• At 10:37 PM, Anonymous Hammer said…

    Ahmed

    I can't wait for an enlightened explanation of the real bigger picture you say others are missing.

     
  • At 4:29 AM, Blogger Malott said…

    Ahmed,

    Before I would be interested in hearing your opinion, I'd have to know whether or not you believe Israel has the right to exist. That seems to be the basis for every opinion and every point of view.

    In the eyes of the Western World, the Palestinians have distinguished themselves in such a way that makes us believe that if they were allowed to march into Israel and kill every Jew... they would have a party for a couple weeks but then return to being as miserable and wretched as they are today.

    Israel is not the Palestinians' or the Arabs'problem any more than the investment bankers on Wall Street are the problem that New York's ghetto dwellers face.

    Israel has made the desert bloom in many ways, and her accomplishments shame her neighbors and make them envious.

    I don't know why some cultures lag behind the modern world, but hating and bombing is no way to catch up.

    I agree with AICS. A cease-fire only perpetuates the problem. And restricting Israel to a "proportional" response condemns her to a perpetual siege.

    There are many Arabs in the region that actually love their children more than they hate Israel, and want to build something for their future. Hopefully one day their ideals will triumph over their real obstacle, the haters of radical Islam.

     
  • At 8:13 AM, Blogger Mojo_Risin said…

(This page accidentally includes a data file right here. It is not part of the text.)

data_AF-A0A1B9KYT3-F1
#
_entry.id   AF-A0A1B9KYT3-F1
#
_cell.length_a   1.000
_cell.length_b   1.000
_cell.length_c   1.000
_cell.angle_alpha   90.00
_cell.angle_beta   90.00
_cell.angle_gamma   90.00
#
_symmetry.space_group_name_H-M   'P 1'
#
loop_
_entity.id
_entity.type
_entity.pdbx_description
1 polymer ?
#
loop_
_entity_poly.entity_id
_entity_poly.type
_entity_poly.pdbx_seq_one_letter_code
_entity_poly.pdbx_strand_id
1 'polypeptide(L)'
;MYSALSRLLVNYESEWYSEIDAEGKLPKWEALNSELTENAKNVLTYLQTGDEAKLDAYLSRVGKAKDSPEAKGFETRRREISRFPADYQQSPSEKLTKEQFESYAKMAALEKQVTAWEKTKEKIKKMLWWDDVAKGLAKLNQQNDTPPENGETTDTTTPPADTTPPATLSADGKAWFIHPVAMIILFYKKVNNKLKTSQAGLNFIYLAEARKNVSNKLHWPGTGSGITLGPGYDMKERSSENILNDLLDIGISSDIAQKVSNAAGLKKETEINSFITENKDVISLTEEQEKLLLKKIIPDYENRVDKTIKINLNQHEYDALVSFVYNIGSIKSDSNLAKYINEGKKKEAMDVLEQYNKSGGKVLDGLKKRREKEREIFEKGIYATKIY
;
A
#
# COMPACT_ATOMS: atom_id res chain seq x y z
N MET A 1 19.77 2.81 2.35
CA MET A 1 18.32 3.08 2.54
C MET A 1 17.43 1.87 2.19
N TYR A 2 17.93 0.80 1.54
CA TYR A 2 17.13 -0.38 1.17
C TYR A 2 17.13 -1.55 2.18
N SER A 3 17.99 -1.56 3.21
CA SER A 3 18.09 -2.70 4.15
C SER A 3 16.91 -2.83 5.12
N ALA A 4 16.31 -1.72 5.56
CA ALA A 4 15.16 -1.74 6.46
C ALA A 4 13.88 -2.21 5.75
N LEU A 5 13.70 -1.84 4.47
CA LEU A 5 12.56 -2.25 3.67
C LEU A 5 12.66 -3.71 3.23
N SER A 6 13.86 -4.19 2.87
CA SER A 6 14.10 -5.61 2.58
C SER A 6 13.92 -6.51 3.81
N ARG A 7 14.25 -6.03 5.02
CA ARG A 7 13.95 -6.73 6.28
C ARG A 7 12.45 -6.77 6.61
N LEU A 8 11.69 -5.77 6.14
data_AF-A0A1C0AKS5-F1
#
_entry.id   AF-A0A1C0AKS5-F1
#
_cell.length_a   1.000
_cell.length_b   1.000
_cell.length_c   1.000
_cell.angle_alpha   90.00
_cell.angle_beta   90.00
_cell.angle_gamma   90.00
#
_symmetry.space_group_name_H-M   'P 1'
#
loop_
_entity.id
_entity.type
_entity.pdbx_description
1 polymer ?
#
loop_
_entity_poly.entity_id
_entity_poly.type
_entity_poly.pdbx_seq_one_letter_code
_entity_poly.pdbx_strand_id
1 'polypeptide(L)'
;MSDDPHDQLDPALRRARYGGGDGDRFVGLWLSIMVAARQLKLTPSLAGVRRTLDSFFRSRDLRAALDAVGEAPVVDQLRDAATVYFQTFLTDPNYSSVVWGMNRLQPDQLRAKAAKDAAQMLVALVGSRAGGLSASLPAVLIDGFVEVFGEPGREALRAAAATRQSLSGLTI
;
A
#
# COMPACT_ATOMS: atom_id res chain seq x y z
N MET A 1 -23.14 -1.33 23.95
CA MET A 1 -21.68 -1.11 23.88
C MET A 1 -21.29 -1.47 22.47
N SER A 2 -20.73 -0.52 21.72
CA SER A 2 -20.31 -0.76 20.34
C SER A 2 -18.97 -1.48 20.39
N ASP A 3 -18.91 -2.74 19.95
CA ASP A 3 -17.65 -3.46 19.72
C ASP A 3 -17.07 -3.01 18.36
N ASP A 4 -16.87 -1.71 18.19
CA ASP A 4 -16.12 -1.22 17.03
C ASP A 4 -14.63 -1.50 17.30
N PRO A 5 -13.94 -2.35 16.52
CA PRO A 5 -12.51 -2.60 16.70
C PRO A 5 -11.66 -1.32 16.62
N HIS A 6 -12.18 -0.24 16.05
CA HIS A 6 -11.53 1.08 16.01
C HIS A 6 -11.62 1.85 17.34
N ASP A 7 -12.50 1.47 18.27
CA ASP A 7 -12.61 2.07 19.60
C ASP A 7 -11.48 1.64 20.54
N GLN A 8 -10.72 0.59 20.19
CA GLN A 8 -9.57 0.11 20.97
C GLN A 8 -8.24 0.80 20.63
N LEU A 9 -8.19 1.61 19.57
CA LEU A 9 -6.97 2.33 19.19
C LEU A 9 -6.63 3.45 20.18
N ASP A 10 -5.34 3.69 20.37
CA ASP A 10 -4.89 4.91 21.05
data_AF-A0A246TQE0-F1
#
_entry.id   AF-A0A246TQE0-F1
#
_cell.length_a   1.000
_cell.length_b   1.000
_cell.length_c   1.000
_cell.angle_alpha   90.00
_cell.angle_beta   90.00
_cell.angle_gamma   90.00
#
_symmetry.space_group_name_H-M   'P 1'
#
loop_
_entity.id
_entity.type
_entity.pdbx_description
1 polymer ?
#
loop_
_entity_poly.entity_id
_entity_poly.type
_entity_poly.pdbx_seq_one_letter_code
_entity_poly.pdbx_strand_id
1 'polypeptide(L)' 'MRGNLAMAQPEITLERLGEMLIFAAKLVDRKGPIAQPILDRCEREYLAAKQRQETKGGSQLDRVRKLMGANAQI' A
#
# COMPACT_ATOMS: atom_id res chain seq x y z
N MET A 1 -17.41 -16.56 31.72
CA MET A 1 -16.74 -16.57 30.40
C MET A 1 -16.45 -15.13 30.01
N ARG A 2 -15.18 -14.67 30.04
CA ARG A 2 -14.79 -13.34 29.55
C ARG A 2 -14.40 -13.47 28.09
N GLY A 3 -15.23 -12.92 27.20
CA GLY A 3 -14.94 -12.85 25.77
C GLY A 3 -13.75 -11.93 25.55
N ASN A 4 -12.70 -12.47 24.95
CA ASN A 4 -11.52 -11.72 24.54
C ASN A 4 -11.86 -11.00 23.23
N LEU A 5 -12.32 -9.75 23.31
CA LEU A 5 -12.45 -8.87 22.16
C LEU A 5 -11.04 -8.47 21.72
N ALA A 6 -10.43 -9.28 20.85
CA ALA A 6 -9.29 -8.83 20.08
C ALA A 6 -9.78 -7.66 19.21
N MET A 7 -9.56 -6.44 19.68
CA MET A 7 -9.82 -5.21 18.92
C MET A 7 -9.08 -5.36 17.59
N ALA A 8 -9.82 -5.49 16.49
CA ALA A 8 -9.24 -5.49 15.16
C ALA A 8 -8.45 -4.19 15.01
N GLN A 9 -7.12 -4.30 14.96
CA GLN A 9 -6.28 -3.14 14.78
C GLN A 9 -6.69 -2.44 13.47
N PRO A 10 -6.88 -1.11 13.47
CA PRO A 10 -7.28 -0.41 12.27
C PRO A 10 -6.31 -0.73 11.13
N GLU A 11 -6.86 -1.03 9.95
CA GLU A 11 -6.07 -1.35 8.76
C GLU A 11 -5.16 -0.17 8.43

How's about we listen to the argument he actually uses before we trash him for what we assume his argument is?

     
  • At 8:48 AM, Blogger LASunsett said…

    AICS,

    Any UN measure will be like putting a bandaid on an arterial bleed.

     
  • At 10:09 AM, Blogger All_I_Can_Stands said…

    Mojo,

    In theory you are right that it is best to listen to what somebody has to say before arguing with them (like hammer did). However, my money is on Malott is guessing correctly in what ahmed has to say.

    Malott,
    Very well written. I like your reference to Golda Meier's quote that there will be peace when they love their children more than they hate Israel.

    LA,
    Actually, it can be worse than a bandaid. It could be more like cutting the patient more; or administering blood thinners.

     
  • At 2:39 PM, Anonymous Ahmed said…

    I try to give you a simple word of advice and you come at me like a bunch of wild dogs after a single bone. In turn you insult me when I tried to help you.

    So the old saying ugly American must be true.

     
  • At 4:59 PM, Blogger All_I_Can_Stands said…

    Ahmed,

    Perhaps our reaction was a bit knee-jerk. However, we rarely hear disagreement that is not radical. Perhaps you can clarify your position and we can see if we jumped the gun or not.

    All opinions are welcome here.